Jeremiah Johnson, University of New Hampshire, John Johnstone, University of Alabama, Birmingham, Ryan Jones, Middle Tennessee State University, Sungkyu Jung, University of Pittsburgh, Michael Kangas, Doane University, Roxanne Kapikian, GlaxoSmithKline, Danny Kaplan, Macalester College, Casey Kennington, Boise State University, Deepak Khatry, MedImmune, Brian Kotz, Montgomery College, Vldimir Krylov, Crimean Engineering and Pedagogical University, Kristin Kuter, Saint Mary’s College, Notre Dame, Indiana, Jay Labov, National Academies of Sciences, Engineering, and Medicine, Paula Lackie, Carleton College, Sharon Lane-Getaz, St. Olaf College, Duncan Temple Lang, University of California, Davis, Jeff Leek, Johns Hopkins University, Matthew Liberatore, University of Toledo, Haralambos Marmanis, Marmanis Group, Pat Marsteller, Emory University, Abhinav Maurya, Carnegie Mellon University, Victoria McGovern, Burroughs Wellcome Fund, Daniel Angel Ferreira Mena, DAF-Engineering, Chris Mentzel, Gordon and Betty Moore Foundation, Antoni Miklewski, Polish Academy of Sciences, Ashlea Milburn, University of Arkansas, Alex Montilla, U.S. Environmental Protection Agency, Sheri Morgan, Mental Health Association of Franklin and Fulton Counties, Richard Morris, MGI-RamCo, Mary Kehoe Moynihan, Cape Cod Community College, Bhramar Mukherjee, University of Michigan, Sherman Mumford, University of North Carolina, Charlotte, Ivo Neitzel, Faculdade de Ciências e Tecnologia de Birigui, Richard Nelesen, University of California, San Diego, Joseph Nelson, George Washington University, Claudia Neuhauser, University of Minnesota, Deborah Nolan, University of California, Berkeley, Kofi Nyamekye, Integrated Activity-Based Simulation Research, Inc., Monika Oli, University of Florida, Fred Oswald, Rice University, Dennis Pearl, Pennsylvania State University, Joan Peckham, University of Rhode Island, Vikas Pejaver, University of Washington, Gabriel Perez-Giz, National Science Foundation, Patrick Perry, New York University, Steve Pierson, American Statistical Association, Hridesh Rajan, Iowa State University, Louise Raphael, Howard University, Renata Rawlings-Goss, Georgia Institute of Technology, Peggy Rejto, Normandale Community College, Loren Rhodes, Juniata College, PREPUBLICATION COPY – SUBJECT TO FURTHER EDITORIAL CORRECTION xiii

Patrick Riley, Google, Inc., Martina Rosenberg, University of New Mexico, Kim Roth, Juniata College, Bill Roweton, Chadron State College, Andee Rubin, TERC, Maya Sapiurka, Society for Neuroscience, Karl Schmitt, Valparaiso University, Kala Seal, Loyola Marymount University, Arun Sharma, Wagner College, Lauren Showalter, National Academies of Science, Engineering, and Medicine, Christine Smith, University of New Mexico, S. Srinivasan, Texas Southern University, Anil Srivastava, Open Health Systems Laboratory, Natalya St. Clair, Concord Consortium, Victoria Stodden, University of Illinois, Urbana-Champaign, Martin Storksdieck, Oregon State University, George Strawn, National Academies of Science, Engineering, and Medicine, Ralph Stuart, Keene State College, Kalum Udagepola, Scientific Research Development Institute of Technology Australia, Mel van Drunen, HAS University of Applied Sciences, William Yslas Velez, University of Arizona, Ron Wasserstein, American Statistical Association, Cheryl Welsch, State University of New York, Sullivan, Mary Whelan, Arizona State University, Nekesha Williams, Louisiana State University, Emerald Wilson, Prince George's Community College, Brian Wingenroth, National Consortium for the Study of Terrorism and Responses to Terrorism, University of Maryland, William Winter, State University of New York College of Environmental Science and Forestry, Mary Wright, Brown University, and Paul Zachos, Association for the Cooperative Advancement of Science and Education. PREPUBLICATION COPY – SUBJECT TO FURTHER EDITORIAL CORRECTION xiv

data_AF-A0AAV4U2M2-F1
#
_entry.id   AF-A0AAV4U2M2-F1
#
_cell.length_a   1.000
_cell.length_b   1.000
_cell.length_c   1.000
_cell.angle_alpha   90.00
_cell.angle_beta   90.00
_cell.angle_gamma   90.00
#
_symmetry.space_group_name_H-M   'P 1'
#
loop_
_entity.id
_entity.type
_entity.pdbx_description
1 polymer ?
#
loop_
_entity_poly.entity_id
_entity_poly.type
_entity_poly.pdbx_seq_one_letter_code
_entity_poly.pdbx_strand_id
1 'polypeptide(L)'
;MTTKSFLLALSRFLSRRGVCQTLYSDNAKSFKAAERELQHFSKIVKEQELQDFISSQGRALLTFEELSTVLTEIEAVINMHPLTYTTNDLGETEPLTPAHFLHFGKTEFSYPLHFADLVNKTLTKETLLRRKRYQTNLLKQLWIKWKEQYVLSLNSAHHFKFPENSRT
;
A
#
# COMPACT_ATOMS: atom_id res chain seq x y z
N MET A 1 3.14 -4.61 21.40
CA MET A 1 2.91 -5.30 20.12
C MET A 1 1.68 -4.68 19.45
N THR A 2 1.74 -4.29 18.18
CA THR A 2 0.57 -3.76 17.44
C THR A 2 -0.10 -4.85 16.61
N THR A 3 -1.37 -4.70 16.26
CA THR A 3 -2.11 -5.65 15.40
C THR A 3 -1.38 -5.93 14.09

Contents SUMMARY S-1 1 INTRODUCTION 1-1 Envisioning Data Science from an Undergraduate Perspective, 1-1 Study Origin and Approach, 1-3 Committee Activities to Date, 1-4 2 ACQUIRING DATA SCIENCE SKILLS AND KNOWLEDGE 2-1 Foundational Skills, 2-1 Translational Skills, 2-6 Ethical Skills, 2-7 Professional Skills, 2-8 3 DATA SCIENCE EDUCATION IN THE FUTURE 3-1 Innovative Curriculum Development, 3-1 Suggestions for Institutions, 3-5 4 BROAD PARTICIPATION IN DATA SCIENCE 4-1 Recruitment and Retention Strategies, 4-3 Institutional Partnerships, 4-4 K–12 Objectives, 4-4 Public Outreach, 4-4 Evaluation and Assessment, 4-5 5 REFLECTIONS 5-1 Hippocratic Oath, 5-1 Summary of Preliminary Committee Findings and Open Questions, 5-1 Input Needed, 5-5 REFERENCES R-1 APPENDIXES A Biographies of the Committee A-1 B Meetings and Presentations B-1 PREPUBLICATION COPY – SUBJECT TO FURTHER EDITORIAL CORRECTION xv

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The need to manage, analyze, and extract knowledge from data is pervasive across industry, government, and academia. Scientists, engineers, and executives routinely encounter enormous volumes of data, and new techniques and tools are emerging to create knowledge out of these data, some of them capable of working with real-time streams of data. The nation’s ability to make use of these data depends on the availability of an educated workforce with necessary expertise. With these new capabilities have come novel ethical challenges regarding the effectiveness and appropriateness of broad applications of data analyses.

The field of data science has emerged to address the proliferation of data and the need to manage and understand it. Data science is a hybrid of multiple disciplines and skill sets, draws on diverse fields (including computer science, statistics, and mathematics), encompasses topics in ethics and privacy, and depends on specifics of the domains to which it is applied. Fueled by the explosion of data, jobs that involve data science have proliferated and an array of data science programs at the undergraduate and graduate levels have been established. Nevertheless, data science is still in its infancy, which suggests the importance of envisioning what the field might look like in the future and what key steps can be taken now to move data science education in that direction.

This study will set forth a vision for the emerging discipline of data science at the undergraduate level. This interim report lays out some of the information and comments that the committee has gathered and heard during the first half of its study, offers perspectives on the current state of data science education, and poses some questions that may shape the way data science education evolves in the future. The study will conclude in early 2018 with a final report that lays out a vision for future data science education.